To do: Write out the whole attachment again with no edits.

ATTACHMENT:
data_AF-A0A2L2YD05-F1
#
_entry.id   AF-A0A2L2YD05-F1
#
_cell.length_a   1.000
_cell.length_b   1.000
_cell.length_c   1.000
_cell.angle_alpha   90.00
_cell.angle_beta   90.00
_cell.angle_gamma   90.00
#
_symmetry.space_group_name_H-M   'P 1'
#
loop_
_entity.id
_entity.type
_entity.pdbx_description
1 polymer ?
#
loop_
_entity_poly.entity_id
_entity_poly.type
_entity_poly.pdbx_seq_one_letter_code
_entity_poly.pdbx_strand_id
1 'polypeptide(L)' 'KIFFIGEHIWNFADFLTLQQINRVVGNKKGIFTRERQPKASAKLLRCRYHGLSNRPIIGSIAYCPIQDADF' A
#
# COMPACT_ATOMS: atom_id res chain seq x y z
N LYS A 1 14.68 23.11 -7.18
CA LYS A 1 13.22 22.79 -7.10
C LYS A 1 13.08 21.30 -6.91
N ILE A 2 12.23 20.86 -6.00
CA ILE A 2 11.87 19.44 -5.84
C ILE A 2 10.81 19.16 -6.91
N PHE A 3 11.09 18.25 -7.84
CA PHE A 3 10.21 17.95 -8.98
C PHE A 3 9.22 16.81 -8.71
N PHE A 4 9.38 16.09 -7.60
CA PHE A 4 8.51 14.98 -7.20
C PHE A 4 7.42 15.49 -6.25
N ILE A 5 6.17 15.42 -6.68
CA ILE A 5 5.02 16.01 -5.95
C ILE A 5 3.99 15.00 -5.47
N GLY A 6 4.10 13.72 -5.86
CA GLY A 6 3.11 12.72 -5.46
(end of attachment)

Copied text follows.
data_AF-A0A2L2YD05-F1
#
_entry.id   AF-A0A2L2YD05-F1
#
_cell.length_a   1.000
_cell.length_b   1.000
_cell.length_c   1.000
_cell.angle_alpha   90.00
_cell.angle_beta   90.00
_cell.angle_gamma   90.00
#
_symmetry.space_group_name_H-M   'P 1'
#
loop_
_entity.id
_entity.type
_entity.pdbx_description
1 polymer ?
#
loop_
_entity_poly.entity_id
_entity_poly.type
_entity_poly.pdbx_seq_one_letter_code
_entity_poly.pdbx_strand_id
1 'polypeptide(L)' 'KIFFIGEHIWNFADFLTLQQINRVVGNKKGIFTRERQPKASAKLLRCRYHGLSNRPIIGSIAYCPIQDADF' A
#
# COMPACT_ATOMS: atom_id res chain seq x y z
N LYS A 1 14.68 23.11 -7.18
CA LYS A 1 13.22 22.79 -7.10
C LYS A 1 13.08 21.30 -6.91
N ILE A 2 12.23 20.86 -6.00
CA ILE A 2 11.87 19.44 -5.84
C ILE A 2 10.81 19.16 -6.91
N PHE A 3 11.09 18.25 -7.84
CA PHE A 3 10.21 17.95 -8.98
C PHE A 3 9.22 16.81 -8.71
N PHE A 4 9.38 16.09 -7.60
CA PHE A 4 8.51 14.98 -7.20
C PHE A 4 7.42 15.49 -6.25
N ILE A 5 6.17 15.42 -6.68
CA ILE A 5 5.02 16.01 -5.95
C ILE A 5 3.99 15.00 -5.47
N GLY A 6 4.10 13.72 -5.86
CA GLY A 6 3.11 12.72 -5.46